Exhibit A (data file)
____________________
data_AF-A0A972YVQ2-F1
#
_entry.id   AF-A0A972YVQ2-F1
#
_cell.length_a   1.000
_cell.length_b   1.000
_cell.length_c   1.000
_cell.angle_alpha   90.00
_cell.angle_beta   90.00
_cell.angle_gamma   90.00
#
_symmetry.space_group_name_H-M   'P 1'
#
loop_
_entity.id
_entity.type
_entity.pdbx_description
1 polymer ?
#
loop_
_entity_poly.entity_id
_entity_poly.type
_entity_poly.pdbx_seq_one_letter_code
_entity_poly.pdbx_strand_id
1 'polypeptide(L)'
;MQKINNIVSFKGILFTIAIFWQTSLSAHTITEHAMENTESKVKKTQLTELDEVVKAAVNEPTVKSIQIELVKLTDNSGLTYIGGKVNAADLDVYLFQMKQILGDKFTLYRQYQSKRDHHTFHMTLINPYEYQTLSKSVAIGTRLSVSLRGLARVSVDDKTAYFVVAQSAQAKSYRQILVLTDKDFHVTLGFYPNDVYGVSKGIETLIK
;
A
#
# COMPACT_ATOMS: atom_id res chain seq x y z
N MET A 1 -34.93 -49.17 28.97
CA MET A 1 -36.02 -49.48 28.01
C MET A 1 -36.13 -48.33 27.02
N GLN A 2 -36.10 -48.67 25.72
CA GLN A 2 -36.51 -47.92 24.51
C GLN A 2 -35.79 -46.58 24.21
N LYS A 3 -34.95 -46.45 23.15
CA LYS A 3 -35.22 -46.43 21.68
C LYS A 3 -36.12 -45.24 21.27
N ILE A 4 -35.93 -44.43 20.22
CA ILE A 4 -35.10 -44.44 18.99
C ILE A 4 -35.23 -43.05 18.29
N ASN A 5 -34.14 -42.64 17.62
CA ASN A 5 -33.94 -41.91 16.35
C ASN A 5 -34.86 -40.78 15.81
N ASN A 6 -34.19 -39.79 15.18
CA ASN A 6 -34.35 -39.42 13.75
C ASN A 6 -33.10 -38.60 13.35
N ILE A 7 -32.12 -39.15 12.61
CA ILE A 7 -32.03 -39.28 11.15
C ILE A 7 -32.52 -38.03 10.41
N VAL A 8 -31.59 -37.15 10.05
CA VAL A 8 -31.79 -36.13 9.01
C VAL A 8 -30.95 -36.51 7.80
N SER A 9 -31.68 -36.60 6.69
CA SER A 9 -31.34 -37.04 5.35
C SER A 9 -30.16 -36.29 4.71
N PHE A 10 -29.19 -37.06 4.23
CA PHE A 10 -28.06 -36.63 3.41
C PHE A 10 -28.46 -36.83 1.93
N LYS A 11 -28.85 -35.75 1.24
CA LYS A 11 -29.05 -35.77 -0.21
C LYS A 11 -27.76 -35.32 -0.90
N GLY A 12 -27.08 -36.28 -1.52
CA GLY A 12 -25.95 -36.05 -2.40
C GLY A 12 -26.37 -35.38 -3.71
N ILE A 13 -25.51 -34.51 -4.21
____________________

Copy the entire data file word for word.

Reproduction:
data_AF-A0A972YVQ2-F1
#
_entry.id   AF-A0A972YVQ2-F1
#
_cell.length_a   1.000
_cell.length_b   1.000
_cell.length_c   1.000
_cell.angle_alpha   90.00
_cell.angle_beta   90.00
_cell.angle_gamma   90.00
#
_symmetry.space_group_name_H-M   'P 1'
#
loop_
_entity.id
_entity.type
_entity.pdbx_description
1 polymer ?
#
loop_
_entity_poly.entity_id
_entity_poly.type
_entity_poly.pdbx_seq_one_letter_code
_entity_poly.pdbx_strand_id
1 'polypeptide(L)'
;MQKINNIVSFKGILFTIAIFWQTSLSAHTITEHAMENTESKVKKTQLTELDEVVKAAVNEPTVKSIQIELVKLTDNSGLTYIGGKVNAADLDVYLFQMKQILGDKFTLYRQYQSKRDHHTFHMTLINPYEYQTLSKSVAIGTRLSVSLRGLARVSVDDKTAYFVVAQSAQAKSYRQILVLTDKDFHVTLGFYPNDVYGVSKGIETLIK
;
A
#
# COMPACT_ATOMS: atom_id res chain seq x y z
N MET A 1 -34.93 -49.17 28.97
CA MET A 1 -36.02 -49.48 28.01
C MET A 1 -36.13 -48.33 27.02
N GLN A 2 -36.10 -48.67 25.72
CA GLN A 2 -36.51 -47.92 24.51
C GLN A 2 -35.79 -46.58 24.21
N LYS A 3 -34.95 -46.45 23.15
CA LYS A 3 -35.22 -46.43 21.68
C LYS A 3 -36.12 -45.24 21.27
N ILE A 4 -35.93 -44.43 20.22
CA ILE A 4 -35.10 -44.44 18.99
C ILE A 4 -35.23 -43.05 18.29
N ASN A 5 -34.14 -42.64 17.62
CA ASN A 5 -33.94 -41.91 16.35
C ASN A 5 -34.86 -40.78 15.81
N ASN A 6 -34.19 -39.79 15.18
CA ASN A 6 -34.35 -39.42 13.75
C ASN A 6 -33.10 -38.60 13.35
N ILE A 7 -32.12 -39.15 12.61
CA ILE A 7 -32.03 -39.28 11.15
C ILE A 7 -32.52 -38.03 10.41
N VAL A 8 -31.59 -37.15 10.05
CA VAL A 8 -31.79 -36.13 9.01
C VAL A 8 -30.95 -36.51 7.80
N SER A 9 -31.68 -36.60 6.69
CA SER A 9 -31.34 -37.04 5.35
C SER A 9 -30.16 -36.29 4.71
N PHE A 10 -29.19 -37.06 4.23
CA PHE A 10 -28.06 -36.63 3.41
C PHE A 10 -28.46 -36.83 1.93
N LYS A 11 -28.85 -35.75 1.24
CA LYS A 11 -29.05 -35.77 -0.21
C LYS A 11 -27.76 -35.32 -0.90
N GLY A 12 -27.08 -36.28 -1.52
CA GLY A 12 -25.95 -36.05 -2.40
C GLY A 12 -26.37 -35.38 -3.71
N ILE A 13 -25.51 -34.51 -4.21